France declares state of emergency, gives government Web-blocking, device search powers

France's National Assembly  lit with the colors of the French flag in Paris, Nov. 19, 2015, to honor victims of the recent attacks. [Reuters]

In the wake of the Paris attacks, the French National Assembly has declared a state of emergency with sweeping powers, without any substantial debate. Included in the bill are the power to order the nation's ISPs to block websites without any judicial review or court order, and for authorities to seize and search electronic devices without a warrant.

Read the rest

NYPD won't disclose what it does with its secret military-grade X-ray vans


The $825,000 Z Backscatter Vans the NYPD drives around the city look like regular police vans, but are equipped with powerful X-rays that can see through walls and vehicles. US Customs uses these things to scan cars and freight-containers, but only after they're sure there are no people around. Read the rest

The End of the Internet Dream: the speech that won Black Hat (and Defcon)

"The End of the Internet Dream," cyberlawyer Jennifer Granick's keynote at Black Hat, was all anyone could talk about at this year's Defcon -- Black Hat being the grown-up, buttoned-down, military-industrial cousin to Defcon's wild and exuberant anarchy. Read the rest

Going to DEFCON? EFF's got your back

The Electronic Frontier Foundation always has a huge presence at Las Vegas's DEFCON, but this year, we're hosting our first-ever badge-hack contest! Read the rest

Nominate your Internet heroes for the 2015 EFF Pioneer Awards

Previous winners include Edward Snowden, Carl Malamud, Limor Fried, Laura Poitras, Hddy Lamarr, Aaron Swartz, Gigi Sohn, Bruce Schneier, Zoe Lofgren, Glenn Greenwald, Jon Postel and many others (I am immensely proud to have won one myself!). Read the rest

The Internet may not be the question, but it's the answer

My latest Guardian column looks at the fiction and reality of "Internet Utopianism," and the effect that a belief in the transformative power of the Internet has had on movements, companies, and norms. Read the rest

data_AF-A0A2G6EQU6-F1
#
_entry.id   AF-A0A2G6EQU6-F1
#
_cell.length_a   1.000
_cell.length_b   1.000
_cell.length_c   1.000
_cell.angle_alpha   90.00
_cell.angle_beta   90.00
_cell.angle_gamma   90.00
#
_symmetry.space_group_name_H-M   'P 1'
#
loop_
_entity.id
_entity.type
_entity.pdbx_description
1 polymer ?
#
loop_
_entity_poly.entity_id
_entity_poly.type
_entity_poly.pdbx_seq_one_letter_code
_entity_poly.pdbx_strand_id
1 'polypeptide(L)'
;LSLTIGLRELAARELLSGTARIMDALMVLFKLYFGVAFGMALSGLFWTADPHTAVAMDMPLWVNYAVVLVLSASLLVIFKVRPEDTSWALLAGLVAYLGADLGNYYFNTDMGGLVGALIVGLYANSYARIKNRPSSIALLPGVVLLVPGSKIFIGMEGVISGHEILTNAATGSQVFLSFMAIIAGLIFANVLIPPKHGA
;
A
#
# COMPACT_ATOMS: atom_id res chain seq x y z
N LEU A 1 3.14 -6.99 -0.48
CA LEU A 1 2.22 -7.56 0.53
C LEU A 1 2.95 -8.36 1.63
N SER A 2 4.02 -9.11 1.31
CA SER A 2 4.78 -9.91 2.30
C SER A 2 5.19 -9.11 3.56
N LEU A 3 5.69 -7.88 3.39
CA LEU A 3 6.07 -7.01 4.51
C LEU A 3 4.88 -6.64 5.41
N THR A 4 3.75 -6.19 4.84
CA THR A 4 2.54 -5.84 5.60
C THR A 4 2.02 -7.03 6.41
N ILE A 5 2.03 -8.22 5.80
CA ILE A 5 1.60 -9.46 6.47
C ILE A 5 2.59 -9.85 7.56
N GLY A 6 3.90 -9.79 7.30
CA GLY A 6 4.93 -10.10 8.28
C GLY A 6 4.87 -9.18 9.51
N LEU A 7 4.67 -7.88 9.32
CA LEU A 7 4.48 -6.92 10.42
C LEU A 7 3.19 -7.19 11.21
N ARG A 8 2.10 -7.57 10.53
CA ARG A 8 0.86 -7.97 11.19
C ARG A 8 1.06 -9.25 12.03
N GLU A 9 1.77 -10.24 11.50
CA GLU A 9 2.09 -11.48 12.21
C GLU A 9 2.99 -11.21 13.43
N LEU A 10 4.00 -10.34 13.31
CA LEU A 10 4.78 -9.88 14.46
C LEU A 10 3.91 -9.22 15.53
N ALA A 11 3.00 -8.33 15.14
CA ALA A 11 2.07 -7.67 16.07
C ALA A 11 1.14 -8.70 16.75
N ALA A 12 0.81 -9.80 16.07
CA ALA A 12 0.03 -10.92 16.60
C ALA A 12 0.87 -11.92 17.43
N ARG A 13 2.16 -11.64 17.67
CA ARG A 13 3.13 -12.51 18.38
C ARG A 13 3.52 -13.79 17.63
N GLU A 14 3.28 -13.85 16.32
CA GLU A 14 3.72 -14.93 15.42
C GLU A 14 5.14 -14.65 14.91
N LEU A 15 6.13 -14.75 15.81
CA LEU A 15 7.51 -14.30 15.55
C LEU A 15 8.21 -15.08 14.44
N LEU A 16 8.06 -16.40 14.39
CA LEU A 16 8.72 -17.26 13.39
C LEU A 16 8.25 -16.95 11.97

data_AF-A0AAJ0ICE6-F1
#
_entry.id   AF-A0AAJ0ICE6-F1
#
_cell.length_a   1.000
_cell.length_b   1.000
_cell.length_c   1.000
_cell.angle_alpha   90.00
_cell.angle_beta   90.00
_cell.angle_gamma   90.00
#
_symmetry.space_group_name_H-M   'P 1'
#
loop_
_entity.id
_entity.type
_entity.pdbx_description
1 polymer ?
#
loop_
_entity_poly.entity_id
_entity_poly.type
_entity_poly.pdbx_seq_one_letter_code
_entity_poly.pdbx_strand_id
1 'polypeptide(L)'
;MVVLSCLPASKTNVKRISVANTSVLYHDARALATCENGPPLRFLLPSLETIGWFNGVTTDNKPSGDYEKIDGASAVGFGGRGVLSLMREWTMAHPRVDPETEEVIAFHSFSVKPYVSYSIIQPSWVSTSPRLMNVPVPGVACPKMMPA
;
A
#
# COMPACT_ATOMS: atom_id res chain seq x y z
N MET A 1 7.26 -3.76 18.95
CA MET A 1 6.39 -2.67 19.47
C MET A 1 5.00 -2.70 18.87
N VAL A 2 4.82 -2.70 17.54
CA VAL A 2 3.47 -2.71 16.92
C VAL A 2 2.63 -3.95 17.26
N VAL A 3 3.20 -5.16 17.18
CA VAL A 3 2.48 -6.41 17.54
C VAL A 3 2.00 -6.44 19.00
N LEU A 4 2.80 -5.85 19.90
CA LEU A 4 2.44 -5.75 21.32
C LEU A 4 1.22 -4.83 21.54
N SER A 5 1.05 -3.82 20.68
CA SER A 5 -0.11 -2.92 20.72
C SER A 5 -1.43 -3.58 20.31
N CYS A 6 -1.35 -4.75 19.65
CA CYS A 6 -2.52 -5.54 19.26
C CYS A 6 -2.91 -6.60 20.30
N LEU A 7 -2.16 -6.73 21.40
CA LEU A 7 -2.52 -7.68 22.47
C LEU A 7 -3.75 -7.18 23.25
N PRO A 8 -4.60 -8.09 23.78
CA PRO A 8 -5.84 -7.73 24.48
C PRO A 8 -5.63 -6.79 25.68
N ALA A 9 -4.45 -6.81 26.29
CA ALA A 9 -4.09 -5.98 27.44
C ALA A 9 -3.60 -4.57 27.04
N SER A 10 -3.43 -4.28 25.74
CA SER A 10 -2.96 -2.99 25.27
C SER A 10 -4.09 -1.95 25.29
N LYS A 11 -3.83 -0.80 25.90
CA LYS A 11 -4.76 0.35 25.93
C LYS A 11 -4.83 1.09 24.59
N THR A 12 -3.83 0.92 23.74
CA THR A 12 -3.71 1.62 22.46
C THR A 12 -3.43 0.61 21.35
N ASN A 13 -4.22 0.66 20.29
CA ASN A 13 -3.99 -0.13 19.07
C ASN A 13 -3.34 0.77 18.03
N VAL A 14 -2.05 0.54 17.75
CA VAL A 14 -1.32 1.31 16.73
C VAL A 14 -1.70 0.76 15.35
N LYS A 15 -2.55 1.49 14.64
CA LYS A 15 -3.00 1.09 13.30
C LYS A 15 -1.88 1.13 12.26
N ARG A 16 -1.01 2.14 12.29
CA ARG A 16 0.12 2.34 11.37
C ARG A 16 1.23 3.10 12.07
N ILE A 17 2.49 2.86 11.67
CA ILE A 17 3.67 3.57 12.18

Digital rights news from 2025

European Digital Rights has published 300 Edrigrams -- crucial newsletters on all things digital in the EU -- and to celebrate, the 300th edition features 37 pages of news from the year 2025. Read the rest

Chris Christie denounces "civil liberties extremists"

Because the framers of the Constitution didn't really mean it -- after all, it's not like America had any enemies in 1776. Read the rest

Wikimedia sues the NSA

The Wikimedia Foundation -- which oversees Wikipedia -- eight other organizations, and the ACLU have filed a lawsuit against the DoJ and the NSA, contesting the spy agency's program of mass "upstream" surveillance. Read the rest

Rand Paul: solve vaccination issues by making children into property

"The state doesn't own your children. Parents own the children, and it is an issue of freedom and public health." Read the rest

Police, technology and bodycams

The Electronic Frontier Foundation's got a nuanced view on the proposal to give cops body-cams, noting the ACLU's view that these cameras need to be carefully designed so that they don't violate the privacy of citizens or make it easy to cover up official corruption. Read the rest

EFF asks US Copyright Office for your right to fix your car

It's that time again: every three years, the Copyright Office allows the public to ask for exceptions to the Digital Millennium Copyright Act's ban on "circumvention," which prevents you from unlocking devices you own. Read the rest

Some tickets still available for ORG Con, London, Nov 15

Ruth from Open Rights Group sez, "Tickets are selling fast for Open Rights Group's annual digital rights conference, all about debating civil liberties and the Internet: Get yours here. Read the rest

2600 magazine profiled in the New Yorker

It's a long-overdue and much-deserved tribute to the hardest-working chroniclers of hacker culture. Emmanuel Goldstein and co have inspired generations of electronic spelunkers and freedom fighters, and they're still going strong -- and have never been more relevant, thanks to the debate sparked by the Snowden leaks. Read the rest

Edward Snowden interviewed by Lawrence Lessig

It's a fascinating, hour-long session in which Snowden articulates the case for blowing the whistle, the structural problems that created mass surveillance, and why it's not sufficient to stop the state from using our data -- we should also limit their ability to collect it. The Slashdot post by The Real Hocus Locus provides good timecode-based links into different parts of the talk. Read the rest

When can the police search your computer/phone?

The Electronic Frontier Foundation has updated its indispensable "Know Your Rights" guide for dealing with police search requests for your phone, computer, and other devices.

Know Your Rights [Hanni Fakhoury and Nadia Kayyali/EFF] Read the rest

Librarians on the vanguard of the anti-surveillance movement

The American Library Association's code of ethics demands that library professionals "protect each library user's right to privacy and confidentiality" and they've been taking that duty seriously since the first days of the Patriot Act. Read the rest

More posts